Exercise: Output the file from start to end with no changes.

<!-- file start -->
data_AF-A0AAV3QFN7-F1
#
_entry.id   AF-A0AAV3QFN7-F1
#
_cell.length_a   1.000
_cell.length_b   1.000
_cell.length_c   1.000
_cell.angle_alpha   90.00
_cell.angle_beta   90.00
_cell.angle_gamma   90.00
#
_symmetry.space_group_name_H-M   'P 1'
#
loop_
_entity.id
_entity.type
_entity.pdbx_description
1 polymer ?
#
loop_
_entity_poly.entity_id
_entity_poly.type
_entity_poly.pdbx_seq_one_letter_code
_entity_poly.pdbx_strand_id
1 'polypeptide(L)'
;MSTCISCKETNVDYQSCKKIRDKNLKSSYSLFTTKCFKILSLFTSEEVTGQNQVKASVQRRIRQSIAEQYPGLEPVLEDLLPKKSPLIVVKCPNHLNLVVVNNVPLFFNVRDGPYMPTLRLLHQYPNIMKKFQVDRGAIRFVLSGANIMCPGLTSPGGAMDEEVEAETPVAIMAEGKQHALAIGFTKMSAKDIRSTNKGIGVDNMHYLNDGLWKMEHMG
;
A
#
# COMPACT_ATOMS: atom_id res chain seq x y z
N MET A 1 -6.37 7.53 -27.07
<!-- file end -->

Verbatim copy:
data_AF-A0AAV3QFN7-F1
#
_entry.id   AF-A0AAV3QFN7-F1
#
_cell.length_a   1.000
_cell.length_b   1.000
_cell.length_c   1.000
_cell.angle_alpha   90.00
_cell.angle_beta   90.00
_cell.angle_gamma   90.00
#
_symmetry.space_group_name_H-M   'P 1'
#
loop_
_entity.id
_entity.type
_entity.pdbx_description
1 polymer ?
#
loop_
_entity_poly.entity_id
_entity_poly.type
_entity_poly.pdbx_seq_one_letter_code
_entity_poly.pdbx_strand_id
1 'polypeptide(L)'
;MSTCISCKETNVDYQSCKKIRDKNLKSSYSLFTTKCFKILSLFTSEEVTGQNQVKASVQRRIRQSIAEQYPGLEPVLEDLLPKKSPLIVVKCPNHLNLVVVNNVPLFFNVRDGPYMPTLRLLHQYPNIMKKFQVDRGAIRFVLSGANIMCPGLTSPGGAMDEEVEAETPVAIMAEGKQHALAIGFTKMSAKDIRSTNKGIGVDNMHYLNDGLWKMEHMG
;
A
#
# COMPACT_ATOMS: atom_id res chain seq x y z
N MET A 1 -6.37 7.53 -27.07